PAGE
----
Though students praise the upbringing and lifestyle associated with the rural identity, the perceived lack of jobs and professional opportunities may deter them from future rural practice in lieu of suburban practice. One clear solution to mitigate some of their hesitations would be offering student loan repayment for rural practice, though additional research on incentivizing rural practice is needed.

RT programs may sustain students’ interest in rural health by first providing an escape from the competitiveness of medical school through meaningful course interactions early on, and second, by offering student-focused learning experiences concentrating on the development of skills through hands-on practice. Bringing RT students together for their first 2 years of medical school, through an elective course, appears to solidify their service-oriented worldview of medicine and provide them with a long-lasting support group with shared backgrounds and values. Off-site, rural training opportunities afford students with the practical hands-on practice of skills in a supportive environment.

However, our evidence suggests that students’ intentions to train in rural communities do not necessarily translate to students’ intentions to practice in rural communities.

Limitations

The limitations of this study focus on our use of a single program, small sample size, and application of cohorts as opposed to a longitudinal research design. Researchers purposefully intended for the pilot to capture the essence of a single program year through the perspective of students experiencing the program at various training stages. It was important to document how changes in admission policy affected the number of students entering the RT program, as well as characteristics, interests, and intentions for rural practice among the different cohorts. Certainly results of this pilot are not generalizable but lend support for the need to conduct further research in the area of RT programming and the pipeline for rural practitioners.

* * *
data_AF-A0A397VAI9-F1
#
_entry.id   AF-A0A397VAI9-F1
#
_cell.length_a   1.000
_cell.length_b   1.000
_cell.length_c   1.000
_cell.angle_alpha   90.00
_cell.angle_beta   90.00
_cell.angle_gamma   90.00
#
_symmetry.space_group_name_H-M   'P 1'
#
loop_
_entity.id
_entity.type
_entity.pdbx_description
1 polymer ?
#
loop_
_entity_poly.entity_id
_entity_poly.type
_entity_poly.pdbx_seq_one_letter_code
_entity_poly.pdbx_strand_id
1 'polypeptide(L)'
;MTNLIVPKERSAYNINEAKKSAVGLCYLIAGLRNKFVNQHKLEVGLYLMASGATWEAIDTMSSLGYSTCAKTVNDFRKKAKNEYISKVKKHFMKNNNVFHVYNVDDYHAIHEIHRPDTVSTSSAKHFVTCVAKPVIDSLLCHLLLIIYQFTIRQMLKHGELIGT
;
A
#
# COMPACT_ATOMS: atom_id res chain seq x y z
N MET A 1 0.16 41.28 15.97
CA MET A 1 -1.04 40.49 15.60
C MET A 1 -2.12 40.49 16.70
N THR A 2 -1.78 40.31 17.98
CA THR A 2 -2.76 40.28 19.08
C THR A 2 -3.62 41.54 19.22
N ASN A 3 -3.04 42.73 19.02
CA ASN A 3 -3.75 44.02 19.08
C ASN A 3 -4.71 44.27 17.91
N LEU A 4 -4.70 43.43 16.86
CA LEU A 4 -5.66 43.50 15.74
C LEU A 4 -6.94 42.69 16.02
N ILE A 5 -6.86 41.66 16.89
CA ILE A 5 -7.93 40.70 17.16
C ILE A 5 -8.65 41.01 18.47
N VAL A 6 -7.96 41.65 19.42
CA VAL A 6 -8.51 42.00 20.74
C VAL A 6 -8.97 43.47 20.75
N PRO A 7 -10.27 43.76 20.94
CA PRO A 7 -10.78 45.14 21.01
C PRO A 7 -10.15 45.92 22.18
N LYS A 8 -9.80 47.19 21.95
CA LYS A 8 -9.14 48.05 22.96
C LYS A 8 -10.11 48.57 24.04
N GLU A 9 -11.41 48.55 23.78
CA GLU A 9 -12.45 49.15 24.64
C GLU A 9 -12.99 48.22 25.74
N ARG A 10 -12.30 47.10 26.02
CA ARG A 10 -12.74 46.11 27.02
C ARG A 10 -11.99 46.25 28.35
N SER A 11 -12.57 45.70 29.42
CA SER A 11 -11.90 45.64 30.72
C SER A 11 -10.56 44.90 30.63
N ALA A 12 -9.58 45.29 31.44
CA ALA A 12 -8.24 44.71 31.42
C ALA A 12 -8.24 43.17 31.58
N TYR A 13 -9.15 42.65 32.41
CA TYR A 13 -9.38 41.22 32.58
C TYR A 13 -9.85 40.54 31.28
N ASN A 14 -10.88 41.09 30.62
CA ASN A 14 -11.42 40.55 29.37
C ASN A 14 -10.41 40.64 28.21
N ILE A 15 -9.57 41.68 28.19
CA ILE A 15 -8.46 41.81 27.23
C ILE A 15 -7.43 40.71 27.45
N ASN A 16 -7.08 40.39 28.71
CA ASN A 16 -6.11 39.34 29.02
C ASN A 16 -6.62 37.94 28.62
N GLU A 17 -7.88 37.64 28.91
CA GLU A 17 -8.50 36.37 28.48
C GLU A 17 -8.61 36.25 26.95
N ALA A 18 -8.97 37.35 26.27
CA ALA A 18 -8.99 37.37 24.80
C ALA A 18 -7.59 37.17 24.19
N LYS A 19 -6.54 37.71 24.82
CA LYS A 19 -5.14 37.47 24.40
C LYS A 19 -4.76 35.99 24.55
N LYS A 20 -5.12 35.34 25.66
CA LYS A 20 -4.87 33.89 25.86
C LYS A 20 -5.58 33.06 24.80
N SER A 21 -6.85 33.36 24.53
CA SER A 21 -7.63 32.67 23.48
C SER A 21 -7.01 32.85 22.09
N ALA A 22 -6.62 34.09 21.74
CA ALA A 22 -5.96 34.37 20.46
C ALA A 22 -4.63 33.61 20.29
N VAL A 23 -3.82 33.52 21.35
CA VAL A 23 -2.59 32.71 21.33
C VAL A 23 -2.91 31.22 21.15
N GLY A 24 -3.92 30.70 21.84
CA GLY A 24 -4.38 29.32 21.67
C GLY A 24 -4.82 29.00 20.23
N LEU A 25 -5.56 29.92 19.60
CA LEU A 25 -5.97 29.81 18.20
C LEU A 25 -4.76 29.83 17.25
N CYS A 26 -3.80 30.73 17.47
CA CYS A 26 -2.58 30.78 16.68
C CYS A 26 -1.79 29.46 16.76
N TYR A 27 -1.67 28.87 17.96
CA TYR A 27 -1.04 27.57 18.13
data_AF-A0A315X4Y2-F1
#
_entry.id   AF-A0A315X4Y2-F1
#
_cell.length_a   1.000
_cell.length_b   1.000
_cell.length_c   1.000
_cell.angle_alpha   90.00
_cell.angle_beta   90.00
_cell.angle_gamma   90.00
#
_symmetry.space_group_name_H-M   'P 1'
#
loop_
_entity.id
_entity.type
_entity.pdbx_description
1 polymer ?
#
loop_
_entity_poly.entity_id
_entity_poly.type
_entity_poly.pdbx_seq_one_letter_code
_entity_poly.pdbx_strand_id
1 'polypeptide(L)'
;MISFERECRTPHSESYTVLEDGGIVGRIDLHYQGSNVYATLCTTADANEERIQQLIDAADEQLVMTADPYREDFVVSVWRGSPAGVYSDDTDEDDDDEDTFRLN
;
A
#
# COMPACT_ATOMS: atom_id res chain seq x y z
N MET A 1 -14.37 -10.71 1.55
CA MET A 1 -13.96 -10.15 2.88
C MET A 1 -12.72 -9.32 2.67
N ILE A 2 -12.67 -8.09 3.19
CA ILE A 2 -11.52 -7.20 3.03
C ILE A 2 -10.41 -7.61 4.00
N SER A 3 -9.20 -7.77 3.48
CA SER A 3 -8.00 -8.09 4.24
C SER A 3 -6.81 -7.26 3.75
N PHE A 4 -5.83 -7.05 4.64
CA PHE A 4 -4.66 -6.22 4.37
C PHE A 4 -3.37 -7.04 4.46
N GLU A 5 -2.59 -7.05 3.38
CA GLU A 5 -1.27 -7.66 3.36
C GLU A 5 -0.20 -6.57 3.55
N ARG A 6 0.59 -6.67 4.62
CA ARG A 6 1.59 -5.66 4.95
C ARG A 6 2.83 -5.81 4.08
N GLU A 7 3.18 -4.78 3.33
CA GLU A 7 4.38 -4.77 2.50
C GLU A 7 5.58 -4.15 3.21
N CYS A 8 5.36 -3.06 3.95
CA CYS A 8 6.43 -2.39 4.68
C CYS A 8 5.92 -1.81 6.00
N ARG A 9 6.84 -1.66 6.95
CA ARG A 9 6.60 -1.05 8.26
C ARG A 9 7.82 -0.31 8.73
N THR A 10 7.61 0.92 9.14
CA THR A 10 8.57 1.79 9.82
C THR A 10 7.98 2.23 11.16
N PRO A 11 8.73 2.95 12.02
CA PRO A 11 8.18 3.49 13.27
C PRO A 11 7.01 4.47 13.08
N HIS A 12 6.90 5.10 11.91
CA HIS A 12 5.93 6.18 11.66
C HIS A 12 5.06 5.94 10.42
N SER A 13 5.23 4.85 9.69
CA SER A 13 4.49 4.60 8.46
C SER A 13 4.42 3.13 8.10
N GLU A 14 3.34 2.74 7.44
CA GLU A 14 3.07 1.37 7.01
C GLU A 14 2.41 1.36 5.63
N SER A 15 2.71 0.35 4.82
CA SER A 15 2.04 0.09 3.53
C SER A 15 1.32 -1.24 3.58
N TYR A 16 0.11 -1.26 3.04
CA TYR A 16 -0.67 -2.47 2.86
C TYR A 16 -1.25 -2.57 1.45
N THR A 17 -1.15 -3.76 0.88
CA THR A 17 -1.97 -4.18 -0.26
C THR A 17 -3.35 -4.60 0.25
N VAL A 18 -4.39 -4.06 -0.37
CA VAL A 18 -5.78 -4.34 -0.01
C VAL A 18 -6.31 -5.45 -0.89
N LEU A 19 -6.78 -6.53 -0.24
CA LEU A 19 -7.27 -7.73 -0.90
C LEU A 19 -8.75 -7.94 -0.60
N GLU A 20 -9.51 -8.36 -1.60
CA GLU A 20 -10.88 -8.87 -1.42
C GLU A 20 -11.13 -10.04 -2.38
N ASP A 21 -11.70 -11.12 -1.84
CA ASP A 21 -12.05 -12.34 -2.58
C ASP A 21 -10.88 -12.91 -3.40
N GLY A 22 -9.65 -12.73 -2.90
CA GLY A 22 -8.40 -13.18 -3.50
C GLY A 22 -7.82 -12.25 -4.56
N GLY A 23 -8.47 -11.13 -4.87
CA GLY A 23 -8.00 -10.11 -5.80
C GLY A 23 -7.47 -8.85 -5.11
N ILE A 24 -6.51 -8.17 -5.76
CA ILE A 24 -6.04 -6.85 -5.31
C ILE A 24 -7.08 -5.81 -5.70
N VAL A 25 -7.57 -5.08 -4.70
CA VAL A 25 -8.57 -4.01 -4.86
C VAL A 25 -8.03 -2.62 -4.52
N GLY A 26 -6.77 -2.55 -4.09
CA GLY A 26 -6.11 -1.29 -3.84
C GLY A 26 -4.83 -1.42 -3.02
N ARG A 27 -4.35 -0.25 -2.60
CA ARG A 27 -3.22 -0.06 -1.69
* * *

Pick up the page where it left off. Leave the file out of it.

Conclusions

 
 

Despite the best efforts of an RT program, students remain hesitant to commit to rural practice at each stage of their medical school training, though many will outright rule out large city practice. Commitment to rural practice loses efficacy as students describe the lack of job opportunities, residency programs, and specialty options associated with rural practice. Students may be resistant to documenting their hesitations for rural practice in surveys, admission application essays, or course assignments but more willing to share such uncertainties in group discussion format. However, research into predictors of eventual rural practice should continue on a large scale, as additional predictors other than rural origin, primary care interest, and rural practice intentions may emerge through such work. Additionally, this study demonstrates how an RT can serve as a haven for medical students with primary care and/or rural career interests. It appears that students seeking this haven often have durable primary care and/or rural career interests. Students may also be seeking to avoid the competitive and crowded nature of learning in an urban university hospital. The challenge is to discern the strength of these motivators prior to medical school entry so that limited resources can be directed toward students most likely to enter the rural workforce. Nevertheless, it is vital that evaluations of RT programs remain objective and critical regarding both the outcomes they achieve and the motivations and intentions of those students they train.

Acknowledgements: Funding for this study was provided by the Health Resources and Services Administration (HRSA) via Award D54HP05462, “Administrative Academic Units” (CP Morley, PD/PI) and by an internal grant from the Department of Family Medicine, via the Family Medicine Educational Innovation and Evaluation Grant program (C. Roseamelia, PI).

We would also like to thank Dr David Kolva of St. Joseph’s Hospital Health Center Family Medicine Residency for his early mentoring of the medical students (TB and JW) who worked in this project.

Corresponding Author: Address correspondence to Dr Morley, SUNY Upstate Medical University, Department of Family Medicine, 750 E. Adams Street, MIMC 200, Syracuse, NY 13210. 315-464-7010. Fax: 315-464-6982. morleycp@upstate.edu.

 

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From the Department of Family Medicine (Ms Roseamelia, Dr Greenwald, Ms Pratte, Dr Morley), Department of Public Health and Preventive Medicine (Ms Roseamelia, Dr Morley), College of Medicine (Ms Bush and Ms Wilcox), and Department of Psychiatry and Behavioral Sciences (Dr Morley), SUNY Upstate Medical University, Syracuse, NY; and SUNY University at Buffalo, Buffalo, NY (Ms Pratte).


Copyright 2017 by Society of Teachers of Family Medicine